but I consider this a very usefull service, so I can puplish a better cache page with less errors or problems.

 

sure I know they are real people, real active geocachers,

they dont really hide well, at least not in our contry, all people who have been arround a while

know who is who, and it really dont matter at all, since we dont have any contact with then about non business topics,

and at least I dont want to bother them, when not really needed..

 

As I understand it, they are choosen by GS, simply normal active cachers,

when/if they need one, or a replacement, they seek and find one them self, just a perfect way to do it,

plenty of info in the system stats to give GS a good idea about who is good or bad for such job,

much better over a puplic voting.

 

on a side note : I will be happy if GS would pay them a $ or two pr cache they actually checked and helped to release

Edited by OZ2CPU
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...

 

on a side note : I will be happy if GS would pay them a $ or two pr cache they actually checked and helped to release

 

That one I agree! I know local reviewers have lots of work and lots of trouble to do their work and sure they deserve a small compensation.

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...

 

on a side note : I will be happy if GS would pay them a $ or two pr cache they actually checked and helped to release

 

That one I agree! I know local reviewers have lots of work and lots of trouble to do their work and sure they deserve a small compensation.

 

For heaven's sake, don't. That would be an incentive to publish everything and anything. They have to concentrate on the guidelines, not in the dollar or two. Have you already calculate how much would yield a Powertrail? Can you imagine the dispute would not be among them to catch the powertrail in his review queue? Do Not ... :lol:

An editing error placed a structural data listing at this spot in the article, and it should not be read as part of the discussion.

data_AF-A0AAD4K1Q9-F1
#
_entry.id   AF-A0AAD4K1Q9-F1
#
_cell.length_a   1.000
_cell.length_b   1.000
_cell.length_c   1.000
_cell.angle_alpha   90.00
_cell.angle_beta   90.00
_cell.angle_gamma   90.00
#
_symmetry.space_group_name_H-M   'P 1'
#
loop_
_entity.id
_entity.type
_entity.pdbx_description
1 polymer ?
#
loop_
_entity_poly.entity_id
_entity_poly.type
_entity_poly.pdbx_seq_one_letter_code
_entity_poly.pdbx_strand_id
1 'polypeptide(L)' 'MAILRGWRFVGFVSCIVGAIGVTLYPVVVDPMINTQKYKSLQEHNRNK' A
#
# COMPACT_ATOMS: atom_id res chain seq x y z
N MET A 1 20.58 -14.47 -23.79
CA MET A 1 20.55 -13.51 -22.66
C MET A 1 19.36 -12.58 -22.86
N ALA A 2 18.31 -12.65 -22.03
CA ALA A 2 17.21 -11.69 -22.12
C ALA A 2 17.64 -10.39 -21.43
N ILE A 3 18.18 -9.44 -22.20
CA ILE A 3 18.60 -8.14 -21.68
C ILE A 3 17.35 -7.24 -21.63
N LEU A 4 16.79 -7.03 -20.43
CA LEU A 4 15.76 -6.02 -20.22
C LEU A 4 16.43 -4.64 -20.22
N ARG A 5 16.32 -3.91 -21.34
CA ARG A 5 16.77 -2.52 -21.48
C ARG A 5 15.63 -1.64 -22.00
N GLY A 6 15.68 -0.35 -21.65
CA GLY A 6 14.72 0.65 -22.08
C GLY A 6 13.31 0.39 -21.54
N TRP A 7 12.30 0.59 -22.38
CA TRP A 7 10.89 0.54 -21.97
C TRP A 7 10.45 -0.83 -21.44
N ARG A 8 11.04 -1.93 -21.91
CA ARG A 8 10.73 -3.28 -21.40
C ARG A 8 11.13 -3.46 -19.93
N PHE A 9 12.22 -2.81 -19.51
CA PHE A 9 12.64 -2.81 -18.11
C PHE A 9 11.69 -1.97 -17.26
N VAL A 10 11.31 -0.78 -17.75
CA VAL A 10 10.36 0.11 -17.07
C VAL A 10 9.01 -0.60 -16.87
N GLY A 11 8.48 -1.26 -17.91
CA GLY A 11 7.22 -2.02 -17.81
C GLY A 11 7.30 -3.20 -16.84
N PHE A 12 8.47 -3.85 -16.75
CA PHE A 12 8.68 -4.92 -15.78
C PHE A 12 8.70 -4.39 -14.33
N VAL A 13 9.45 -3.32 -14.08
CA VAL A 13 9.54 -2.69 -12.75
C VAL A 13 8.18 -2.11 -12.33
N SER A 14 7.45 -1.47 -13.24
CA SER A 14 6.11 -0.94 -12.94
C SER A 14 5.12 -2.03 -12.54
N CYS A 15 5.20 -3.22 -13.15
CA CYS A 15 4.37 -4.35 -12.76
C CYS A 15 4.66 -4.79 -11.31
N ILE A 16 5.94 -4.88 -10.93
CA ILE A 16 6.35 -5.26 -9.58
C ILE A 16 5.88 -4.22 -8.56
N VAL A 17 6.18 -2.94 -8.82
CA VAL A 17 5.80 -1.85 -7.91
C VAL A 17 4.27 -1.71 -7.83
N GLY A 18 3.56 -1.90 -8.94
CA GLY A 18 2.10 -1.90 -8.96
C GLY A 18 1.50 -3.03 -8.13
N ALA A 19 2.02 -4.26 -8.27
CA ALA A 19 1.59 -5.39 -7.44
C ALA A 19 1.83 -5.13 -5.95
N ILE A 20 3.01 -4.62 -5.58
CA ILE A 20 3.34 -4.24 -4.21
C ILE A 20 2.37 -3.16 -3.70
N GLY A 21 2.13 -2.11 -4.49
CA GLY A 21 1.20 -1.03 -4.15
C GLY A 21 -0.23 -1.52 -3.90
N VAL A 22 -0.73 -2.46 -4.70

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...

 

on a side note : I will be happy if GS would pay them a $ or two pr cache they actually checked and helped to release

 

That one I agree! I know local reviewers have lots of work and lots of trouble to do their work and sure they deserve a small compensation.

 

For heaven's sake, don't. That would be an incentive to publish everything and anything. They have to concentrate on the guidelines, not in the dollar or two. Have you already calculate how much would yield a Powertrail? Can you imagine the dispute would not be among them to catch the powertrail in his review queue? Do Not ... :lol:

 

You may be right! Let's keep them Groundspeak's slaves, away of those minor worries... :laughing:

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Please note - this isn't a topic to start a debate - just a suggestion. (

 

I think since reviewers obviously have a little more "voice" to grounspeak then the community does, that they are choosen in more democratic way - and with term limits.

 

State/regional reviewers serve some amount of time 3 - 4 years (just a suggestion) and nominated and elected by the local community - of course getting the final nod by Groundspeak.

 

Also, someone else mentioned a need for some sort of reviewer survey - a way for the community to let the reviewer and Groundspeak know how the reviewer is doing.

 

Thoughts?

 

Thoughts? I think that you can't ask us not to debate and ask us for our thoughts in the same post. I think that this is code for, 'only post if you agree with me'.

 

Or just a quick way of saying - be polite and cordial. Not use words such as "ludicrous" and "horrible idea" - but that would be asking too much of people on here to actually be polite and respectful now wouldn't it?

Thank you for politely and cordially suggesting that I should be forced to stop volunteering 20 hours per week of my time solely because I've been doing so for ten years.

 

I wonder if there is a way to ignore forum posts? :back:

 

Speaking of which, what about reviewers who are also forum moderators? Most reviewers avoid the forums entirely; for many it's because of threads like this one. Just to be clear, you're advocating for the ouster of the few who post regularly in here in an effort to be helpful.

 

Which brings up a whole other topic- the decline in moderator/reviewer participation on the forums and the question that I've never seen asked- should reviewers even be forum moderators?

 

But voting? No.